Critique from across the pond

American journalists need to quit worrying so much about “balanced reporting” and tell readers straight up what happened, said Alec Russell, Washington, D.C., bureau chief for London’s Daily Telegraph in a visit to the U.

Russell was invited to campus as a Hinckley Institute of Politics Fellow from Jan. 21 through 24 and gave several presentations on the differences he has observed between the American and British presses.

“American journalists seem to dance around,” he said. “If Bush did poorly in a debate with Kerry, the British press will say, ‘Bush had a poor debate.'”

The American style sometimes does a disservice to readers by forcing them to read between the lines. If a government or agency responds to a situation by issuing a press release full of lies, it shouldn’t skew the reporting in the name of fairness, he said.

“Objectivity is not the same as balanced reporting,” Russell explained.

British journalists “throttle a story.” They print it as soon as they can with what they have. American journalists are much more careful, which is admirable, but it robs the reader of immediacy and clarity, he said.

After sharing these criticisms, Russell added that he saw commendable qualities in the American system. For example, he said, newspapers in the United States are much more serious than those in Britain. The Daily Telegraph is one of only about four papers in London that take news seriously.

While journalism in Britain is very ad hoc, American students study hard to become journalists and consider it a dignified profession, he said. This allows for more accurate and useful reporting.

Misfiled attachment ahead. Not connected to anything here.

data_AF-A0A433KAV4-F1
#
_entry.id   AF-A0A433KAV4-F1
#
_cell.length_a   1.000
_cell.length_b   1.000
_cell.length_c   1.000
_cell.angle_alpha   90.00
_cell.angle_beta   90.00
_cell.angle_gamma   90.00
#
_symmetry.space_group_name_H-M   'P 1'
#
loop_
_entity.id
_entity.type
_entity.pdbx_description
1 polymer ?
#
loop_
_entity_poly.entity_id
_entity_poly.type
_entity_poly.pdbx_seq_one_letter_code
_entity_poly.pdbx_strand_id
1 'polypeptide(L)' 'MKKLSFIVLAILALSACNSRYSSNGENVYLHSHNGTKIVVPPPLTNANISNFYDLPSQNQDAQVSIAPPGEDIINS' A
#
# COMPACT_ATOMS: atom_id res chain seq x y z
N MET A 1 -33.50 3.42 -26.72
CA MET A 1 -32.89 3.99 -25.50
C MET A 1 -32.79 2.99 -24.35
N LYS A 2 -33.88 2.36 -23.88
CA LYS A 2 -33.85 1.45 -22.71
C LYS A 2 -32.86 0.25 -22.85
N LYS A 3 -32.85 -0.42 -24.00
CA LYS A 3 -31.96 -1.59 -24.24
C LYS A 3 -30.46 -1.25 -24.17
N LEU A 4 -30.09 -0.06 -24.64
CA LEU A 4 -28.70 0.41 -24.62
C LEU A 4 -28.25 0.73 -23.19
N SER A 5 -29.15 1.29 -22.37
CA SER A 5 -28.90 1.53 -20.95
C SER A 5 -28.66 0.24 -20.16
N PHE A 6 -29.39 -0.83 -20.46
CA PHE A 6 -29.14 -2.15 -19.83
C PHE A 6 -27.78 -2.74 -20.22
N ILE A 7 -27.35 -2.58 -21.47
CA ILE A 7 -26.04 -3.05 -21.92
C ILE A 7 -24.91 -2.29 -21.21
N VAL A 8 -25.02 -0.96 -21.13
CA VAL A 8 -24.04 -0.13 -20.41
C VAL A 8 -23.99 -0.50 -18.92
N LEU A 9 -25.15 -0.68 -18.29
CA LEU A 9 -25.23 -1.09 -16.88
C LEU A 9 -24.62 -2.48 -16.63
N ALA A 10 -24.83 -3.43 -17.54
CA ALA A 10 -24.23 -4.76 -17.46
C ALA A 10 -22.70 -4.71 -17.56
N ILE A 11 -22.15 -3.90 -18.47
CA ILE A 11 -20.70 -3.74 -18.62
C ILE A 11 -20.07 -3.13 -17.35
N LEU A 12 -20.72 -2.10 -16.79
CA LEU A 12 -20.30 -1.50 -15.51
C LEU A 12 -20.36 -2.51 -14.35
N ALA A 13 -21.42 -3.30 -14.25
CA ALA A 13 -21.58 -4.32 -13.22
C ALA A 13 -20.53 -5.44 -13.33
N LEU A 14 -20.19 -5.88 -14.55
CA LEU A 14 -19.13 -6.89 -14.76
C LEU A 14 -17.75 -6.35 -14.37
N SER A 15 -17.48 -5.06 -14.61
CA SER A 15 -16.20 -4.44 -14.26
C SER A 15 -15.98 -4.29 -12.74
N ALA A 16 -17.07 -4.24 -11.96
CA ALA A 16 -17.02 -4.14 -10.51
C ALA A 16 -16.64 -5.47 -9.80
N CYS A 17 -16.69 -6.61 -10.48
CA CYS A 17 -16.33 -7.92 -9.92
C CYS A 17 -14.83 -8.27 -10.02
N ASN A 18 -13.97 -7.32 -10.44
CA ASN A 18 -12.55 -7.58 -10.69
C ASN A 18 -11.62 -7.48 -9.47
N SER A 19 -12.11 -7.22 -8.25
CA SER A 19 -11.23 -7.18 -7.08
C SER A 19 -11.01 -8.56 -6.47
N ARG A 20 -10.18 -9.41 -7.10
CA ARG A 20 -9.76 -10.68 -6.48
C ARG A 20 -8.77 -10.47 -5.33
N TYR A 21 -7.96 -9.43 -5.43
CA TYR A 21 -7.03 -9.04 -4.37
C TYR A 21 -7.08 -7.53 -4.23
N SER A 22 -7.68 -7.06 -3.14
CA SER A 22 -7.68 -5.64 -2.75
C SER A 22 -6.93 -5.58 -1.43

Covering Washington is especially hard, he said, because even though there is a steady flow of information, it is difficult to interview sources.

Russell’s position gives him a unique perspective on British relations with Washington, he told a crowded Hinckley Caucus room on Tuesday morning.

Tagging along on meetings between British Prime Minister Tony Blair and Secretary of State Condoleezza Rice, Russell noticed that Blair is able to get invaluable face time with Washington politicians but has little influence on them.

Nancy Nazarinia, a junior in communication, heard Russell in her media ethics course.

“He gave an interesting perspective,” she said. “He has a global perspective, not just a London or an English one. He was very candid.”

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